School of Athens (1509-1511)
This painting can be considered Raphael's finest Fresco painting. The School of Athens portrays major figures from wisdom, knowledge, philosophy and science. They are all sharing (but probably arguing) their ideas and learning from each other.
Pythagoras, Ptolemy, Zoroaster, Socrates and Euclid are included but Plato and Aristotle are the central figures. It's the latter whose philosophies influenced Christianity.
Sistine Madonna (1513-1514)
There are two things you need to know before we delve into this painting:
- A Madonna, in Christian Art, depicts Virgin Mary.
- The Sistine Madonna takes its name from San Sisto in Piacenza.
So, the Madonna is holding baby Jesus as she floats on clouds. She is joined by St Sixtux, St Barbara and two Angel cherubs who are gazing in contemplation.
The expression by the Madonna and Baby Jesus is of fear. Why? St Sixtus is pointing out to something.
When you consider the intended location of the painting (behind a choir screen which isn't there), it would have pointed to a crucifix - so Jesus and the Madonna would have seen his death and his mother would have seen how he would be treated.
Trivia - King Augustus III of Saxony purchased it in 1754 for his collection in Dresden, Germany.
Mond Crucifixion (1502-1503)
An early work by Raphael with elements of Perugino. Originally an altarpiece in the church of San Domenico, The painting depicts Jesus, on the cross, looking on whilst dying.
If you look closely, there are two angels who are catching his blood with chalices.
Beneath Jesus are: Mary Magdalene, St. Jerome, John the Evangelista and Mary the Virgin.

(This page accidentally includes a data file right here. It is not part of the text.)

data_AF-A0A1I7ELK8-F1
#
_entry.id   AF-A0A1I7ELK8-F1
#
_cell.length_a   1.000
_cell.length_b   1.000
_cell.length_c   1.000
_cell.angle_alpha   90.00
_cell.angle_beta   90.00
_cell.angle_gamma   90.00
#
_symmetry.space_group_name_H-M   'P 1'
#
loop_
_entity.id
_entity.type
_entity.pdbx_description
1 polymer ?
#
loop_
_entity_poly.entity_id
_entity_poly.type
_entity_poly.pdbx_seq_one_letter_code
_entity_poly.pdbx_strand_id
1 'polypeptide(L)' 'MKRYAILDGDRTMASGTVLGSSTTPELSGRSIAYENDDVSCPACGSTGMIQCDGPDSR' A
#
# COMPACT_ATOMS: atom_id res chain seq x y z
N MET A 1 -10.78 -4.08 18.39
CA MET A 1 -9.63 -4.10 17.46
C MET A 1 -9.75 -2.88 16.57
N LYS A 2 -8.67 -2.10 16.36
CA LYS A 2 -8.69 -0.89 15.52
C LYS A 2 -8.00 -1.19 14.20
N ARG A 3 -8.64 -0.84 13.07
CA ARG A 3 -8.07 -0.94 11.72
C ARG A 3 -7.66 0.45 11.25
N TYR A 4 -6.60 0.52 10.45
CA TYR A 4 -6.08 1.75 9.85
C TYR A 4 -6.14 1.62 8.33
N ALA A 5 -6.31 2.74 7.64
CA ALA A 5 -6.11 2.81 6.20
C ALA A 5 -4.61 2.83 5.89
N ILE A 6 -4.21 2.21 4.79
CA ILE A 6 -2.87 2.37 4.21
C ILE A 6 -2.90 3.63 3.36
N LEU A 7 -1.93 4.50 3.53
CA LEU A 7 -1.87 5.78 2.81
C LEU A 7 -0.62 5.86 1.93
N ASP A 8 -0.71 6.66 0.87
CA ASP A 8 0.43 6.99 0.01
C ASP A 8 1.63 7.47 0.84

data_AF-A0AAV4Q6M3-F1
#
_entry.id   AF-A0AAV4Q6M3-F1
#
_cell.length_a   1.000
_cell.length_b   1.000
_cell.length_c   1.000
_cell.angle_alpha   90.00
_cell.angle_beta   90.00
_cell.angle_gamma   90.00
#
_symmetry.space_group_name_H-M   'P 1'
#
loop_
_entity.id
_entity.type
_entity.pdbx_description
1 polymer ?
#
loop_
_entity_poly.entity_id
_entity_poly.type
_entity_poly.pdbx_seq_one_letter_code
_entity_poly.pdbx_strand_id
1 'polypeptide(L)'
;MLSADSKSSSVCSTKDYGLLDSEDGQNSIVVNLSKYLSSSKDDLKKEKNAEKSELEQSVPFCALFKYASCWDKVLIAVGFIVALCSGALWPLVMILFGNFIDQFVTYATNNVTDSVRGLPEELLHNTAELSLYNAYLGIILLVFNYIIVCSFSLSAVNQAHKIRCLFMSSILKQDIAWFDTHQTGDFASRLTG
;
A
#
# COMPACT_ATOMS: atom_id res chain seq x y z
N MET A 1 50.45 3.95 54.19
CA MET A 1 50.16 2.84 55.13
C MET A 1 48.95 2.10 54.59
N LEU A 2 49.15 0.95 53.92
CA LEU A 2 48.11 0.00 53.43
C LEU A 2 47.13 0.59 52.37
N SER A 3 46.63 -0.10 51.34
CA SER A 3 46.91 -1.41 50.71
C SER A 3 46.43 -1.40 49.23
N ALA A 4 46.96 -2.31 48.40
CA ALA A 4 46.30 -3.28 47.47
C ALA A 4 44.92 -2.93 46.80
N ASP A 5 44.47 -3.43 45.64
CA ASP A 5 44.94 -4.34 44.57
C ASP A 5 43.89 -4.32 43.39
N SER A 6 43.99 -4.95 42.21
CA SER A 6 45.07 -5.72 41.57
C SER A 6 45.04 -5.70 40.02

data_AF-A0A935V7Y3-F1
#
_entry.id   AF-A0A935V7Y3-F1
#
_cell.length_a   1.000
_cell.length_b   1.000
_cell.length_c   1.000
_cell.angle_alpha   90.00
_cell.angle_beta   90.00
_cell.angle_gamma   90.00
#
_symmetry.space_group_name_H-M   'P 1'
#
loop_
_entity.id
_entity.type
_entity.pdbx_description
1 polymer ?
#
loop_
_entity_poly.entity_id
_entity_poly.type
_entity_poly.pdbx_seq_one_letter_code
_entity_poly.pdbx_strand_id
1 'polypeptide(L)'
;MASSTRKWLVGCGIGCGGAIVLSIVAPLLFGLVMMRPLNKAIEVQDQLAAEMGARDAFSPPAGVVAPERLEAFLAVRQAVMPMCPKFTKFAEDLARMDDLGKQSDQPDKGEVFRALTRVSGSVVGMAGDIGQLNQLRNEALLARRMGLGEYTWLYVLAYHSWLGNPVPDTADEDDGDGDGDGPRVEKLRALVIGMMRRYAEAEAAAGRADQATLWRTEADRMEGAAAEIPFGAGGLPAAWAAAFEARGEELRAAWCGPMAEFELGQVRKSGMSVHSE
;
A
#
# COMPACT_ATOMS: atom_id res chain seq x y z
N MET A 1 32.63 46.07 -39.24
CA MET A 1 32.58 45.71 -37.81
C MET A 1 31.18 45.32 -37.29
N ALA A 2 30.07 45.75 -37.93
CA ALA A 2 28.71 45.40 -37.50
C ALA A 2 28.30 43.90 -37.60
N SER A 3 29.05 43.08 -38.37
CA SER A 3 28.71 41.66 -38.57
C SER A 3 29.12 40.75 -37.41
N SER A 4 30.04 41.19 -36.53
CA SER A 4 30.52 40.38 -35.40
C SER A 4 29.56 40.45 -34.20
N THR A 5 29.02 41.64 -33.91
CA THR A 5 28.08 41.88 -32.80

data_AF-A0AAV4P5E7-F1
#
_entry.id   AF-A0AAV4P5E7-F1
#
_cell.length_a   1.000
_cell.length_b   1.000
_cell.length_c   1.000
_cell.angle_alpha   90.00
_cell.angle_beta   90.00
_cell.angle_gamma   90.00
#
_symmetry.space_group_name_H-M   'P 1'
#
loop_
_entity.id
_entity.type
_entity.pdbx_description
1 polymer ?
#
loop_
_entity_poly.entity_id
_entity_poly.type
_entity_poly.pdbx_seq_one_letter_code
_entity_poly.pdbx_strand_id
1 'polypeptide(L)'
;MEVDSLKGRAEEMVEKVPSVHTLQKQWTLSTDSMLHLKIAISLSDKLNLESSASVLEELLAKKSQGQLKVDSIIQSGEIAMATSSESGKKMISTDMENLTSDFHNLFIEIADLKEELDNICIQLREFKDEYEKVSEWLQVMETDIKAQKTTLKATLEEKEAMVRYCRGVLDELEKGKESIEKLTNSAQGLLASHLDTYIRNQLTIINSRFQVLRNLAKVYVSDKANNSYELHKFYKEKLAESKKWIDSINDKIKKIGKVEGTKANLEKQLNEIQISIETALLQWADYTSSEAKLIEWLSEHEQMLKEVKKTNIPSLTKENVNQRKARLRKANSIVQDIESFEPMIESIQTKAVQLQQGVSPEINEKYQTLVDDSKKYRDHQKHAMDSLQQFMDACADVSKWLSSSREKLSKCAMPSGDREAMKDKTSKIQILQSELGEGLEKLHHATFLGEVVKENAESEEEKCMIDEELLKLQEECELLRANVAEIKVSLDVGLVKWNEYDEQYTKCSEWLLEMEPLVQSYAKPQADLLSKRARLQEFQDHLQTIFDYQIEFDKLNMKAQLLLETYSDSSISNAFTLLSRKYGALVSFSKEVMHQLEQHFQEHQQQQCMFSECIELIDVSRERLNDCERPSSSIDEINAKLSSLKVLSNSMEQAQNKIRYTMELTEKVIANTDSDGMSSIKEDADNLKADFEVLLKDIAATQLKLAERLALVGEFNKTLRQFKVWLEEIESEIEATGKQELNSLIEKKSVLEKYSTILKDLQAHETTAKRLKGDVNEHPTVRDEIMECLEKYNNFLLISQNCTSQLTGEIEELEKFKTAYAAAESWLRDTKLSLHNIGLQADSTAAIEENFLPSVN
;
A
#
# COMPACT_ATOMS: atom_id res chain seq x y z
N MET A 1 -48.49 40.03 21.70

Trivia - Ludwig Mond gave the painting to the National Gallery.
Disputation of the Holy Sacrament (1508-1511)
This painting depicts Christianity's victory of many of the philosophical tendencies you saw in the School of Athens.
Raphael has depicted heaven and earth in this painting with numerous figures:
- In the centre, you can see that Christ is with the Virgin Mary and John the Baptist.
- Located near Jesus are Adam, Moses, and other figures.
- God is at the top and reigns over heaven's golden light.
- Below Christ's feet is the Holy Spirit.
Raphael achieved a sublime clarity and simplicity which we still awe at to this day. You can find this fresco opposite the School of Athens in the Stanza Della Segnatura.
The Parnassus (1510-1511)
One of four frescos by Raphael, it resides on one of the interior walls of the Stanza Della Segnatura (Room of the Signatura) in the Vatican Palace and was commissioned by Pope Julius II.
Parnassus is actually a mountain and, according to ancient Greek myth, was the mountain where the Muses and poets met and Apollo had his seat. Apollo was associated with music, truth, poetry and fine art and sat on the slopes of the mountain playing a lira da braccio - a renaissance instrument.
Trivia - Historians have only identified 12/18 poets.
Despite living for only 37 years, Raphael has been one of the major talking points of High Renaissance art. His funeral was attended by thousands and he was buried in the Rome's Pantheon next to Maria Bibbiena. His tomb had a thought-provoking inscription:
"Here lies that famous Raphael by whom Nature feared to be conquered while he lived, and when he was dying, feared herself to die." - Pietro Bembo
Even though he is ranked among Da Vinci and Michaelangelo, there is something each of them have which sets them apart and makes us appreciate them even more.
With Raphael, his ability to achieve clarity and depth, unique to a few, just illustrates his credentials as a member of the Holy Trinity of The High Renaissance.
The Stanza Della Segnatura is located in the Palace of The Vatican. If you want to view artworks considered the pinnacle of the High Rennaissance and some of Raphael's greatest work then do visit.